Singleton are not the same as globally accessible data, so lets not confuse those in the mix.

In theory, you're right. In practice, pretty much everybody's implementation of a singleton exposes a public static interface (in C++/Java terms) to a usually-mutable object, and that's because the common use-case seems to be "lots of different parts of the program need to access a thing, but there should only be one of those things, so make it easy for everywhere to get that one thing". But your point is taken - it doesn't necessarily have to be that way.

Certain read-only data is great for that. Pointers to the simulator, pointers to the game configuration or game state, a pointer to the current time object, and other items that are typically read-only, mostly invariant, stateless, etc., those things are great for a globally-visible structure.

We've had various incarnations of this global game data structure on every game I've been on.

So you provide read-only access to these elements (eg. pointer to const)? Is it a common situation to need to be able to read the current game state but not need to be able to modify it in any way? I can't think of many examples where that would be useful - perhaps for a GUI that just renders the current state, perhaps.

#4 frob   Moderators   -  Reputation: 19635

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Posted 22 October 2012 - 04:07 PM

Is it a common situation to need to be able to read the current game state but not need to be able to modify it in any way? I can't think of many examples where that would be useful - perhaps for a GUI that just renders the current state, perhaps.

The pointers are invariant once created, not const. The pointers don't rely on state. Initialization and pre-simulation code creates those pointers. During simulation anybody can read them.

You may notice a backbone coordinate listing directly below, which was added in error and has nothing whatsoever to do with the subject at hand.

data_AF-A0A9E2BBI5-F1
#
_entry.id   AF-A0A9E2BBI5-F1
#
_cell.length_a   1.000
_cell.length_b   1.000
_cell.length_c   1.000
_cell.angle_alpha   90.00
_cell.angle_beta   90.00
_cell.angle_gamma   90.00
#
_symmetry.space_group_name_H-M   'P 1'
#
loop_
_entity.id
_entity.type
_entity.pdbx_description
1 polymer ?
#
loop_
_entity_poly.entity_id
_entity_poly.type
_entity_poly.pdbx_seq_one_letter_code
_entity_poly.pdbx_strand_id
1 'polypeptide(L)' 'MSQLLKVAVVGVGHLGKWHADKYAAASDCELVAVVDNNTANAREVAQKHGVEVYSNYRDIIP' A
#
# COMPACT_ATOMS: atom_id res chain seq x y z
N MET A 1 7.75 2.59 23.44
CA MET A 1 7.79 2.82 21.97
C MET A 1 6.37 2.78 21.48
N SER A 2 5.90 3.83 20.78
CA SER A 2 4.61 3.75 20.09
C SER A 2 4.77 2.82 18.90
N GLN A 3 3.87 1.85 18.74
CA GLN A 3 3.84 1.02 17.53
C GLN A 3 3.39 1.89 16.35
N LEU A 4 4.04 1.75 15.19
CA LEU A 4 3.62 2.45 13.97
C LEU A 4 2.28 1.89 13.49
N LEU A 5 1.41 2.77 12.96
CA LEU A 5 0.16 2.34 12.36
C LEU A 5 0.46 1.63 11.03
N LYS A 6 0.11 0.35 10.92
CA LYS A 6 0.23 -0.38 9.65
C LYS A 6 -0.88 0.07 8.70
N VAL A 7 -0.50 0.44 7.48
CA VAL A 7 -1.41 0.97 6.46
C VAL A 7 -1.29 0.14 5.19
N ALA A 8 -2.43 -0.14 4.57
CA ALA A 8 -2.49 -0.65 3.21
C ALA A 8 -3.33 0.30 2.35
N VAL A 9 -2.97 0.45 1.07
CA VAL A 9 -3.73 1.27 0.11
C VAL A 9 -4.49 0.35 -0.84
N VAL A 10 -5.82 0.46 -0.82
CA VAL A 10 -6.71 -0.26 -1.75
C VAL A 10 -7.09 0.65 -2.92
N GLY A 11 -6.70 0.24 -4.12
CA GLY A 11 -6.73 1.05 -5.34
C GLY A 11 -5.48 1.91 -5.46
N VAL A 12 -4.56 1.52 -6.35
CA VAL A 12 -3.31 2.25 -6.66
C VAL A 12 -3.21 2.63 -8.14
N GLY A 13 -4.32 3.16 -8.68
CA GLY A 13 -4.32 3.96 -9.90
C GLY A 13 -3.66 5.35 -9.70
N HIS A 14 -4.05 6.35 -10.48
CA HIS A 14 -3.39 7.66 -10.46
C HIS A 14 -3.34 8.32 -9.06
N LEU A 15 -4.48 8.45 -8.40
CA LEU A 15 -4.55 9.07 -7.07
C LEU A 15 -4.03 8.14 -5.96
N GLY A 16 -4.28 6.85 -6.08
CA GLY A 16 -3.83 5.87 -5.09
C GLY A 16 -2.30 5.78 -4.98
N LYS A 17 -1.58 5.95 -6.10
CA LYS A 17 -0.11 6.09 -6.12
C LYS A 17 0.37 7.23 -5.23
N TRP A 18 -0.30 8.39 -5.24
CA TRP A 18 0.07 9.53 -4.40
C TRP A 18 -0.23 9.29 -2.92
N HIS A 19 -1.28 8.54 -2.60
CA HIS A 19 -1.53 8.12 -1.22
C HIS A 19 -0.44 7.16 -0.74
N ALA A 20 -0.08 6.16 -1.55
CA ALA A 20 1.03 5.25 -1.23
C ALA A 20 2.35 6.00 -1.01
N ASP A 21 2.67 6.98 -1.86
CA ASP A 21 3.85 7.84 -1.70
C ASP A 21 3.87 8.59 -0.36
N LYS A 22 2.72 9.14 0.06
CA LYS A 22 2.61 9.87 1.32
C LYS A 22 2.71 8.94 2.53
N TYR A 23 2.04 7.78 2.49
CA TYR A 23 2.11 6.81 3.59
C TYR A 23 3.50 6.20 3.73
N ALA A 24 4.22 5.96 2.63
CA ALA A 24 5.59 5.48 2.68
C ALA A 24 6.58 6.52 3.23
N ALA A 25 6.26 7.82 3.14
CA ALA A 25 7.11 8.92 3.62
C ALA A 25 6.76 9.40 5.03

For example, nothing prevents the creation of another SimClock object. Anybody can call functions like globals.simClock->GetCurrentTime();

As for testability (which is one big reason against singletons), your test setup can create whatever of these objects it needs during test setup, exactly as it would need to set up input parameters or mock objects. Nothing prevents you from creating a mock clock object.

It takes only a small amount of discipline to prevent misuse, but it isn't too hard to enforce through code reviews that everyone uses these shared well-known pointers correctly. Since a good chunk of the engine is under automated unit tests it helps reduce the coupling that could occur in an undisciplined environment.
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#5 Serapth   Crossbones+   -  Reputation: 5252

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Posted 23 October 2012 - 07:59 AM

I am a big fan of the service locator pattern ( demoed here ).

Basically instead of exposing your object globally, you expose an object that exposes your object. This keeps your systems slightly less coupled, makes supporting multiple interfaces or making changes easier, gives a single testing entry point.

Of course, it's still a global system with all the downsides that entails.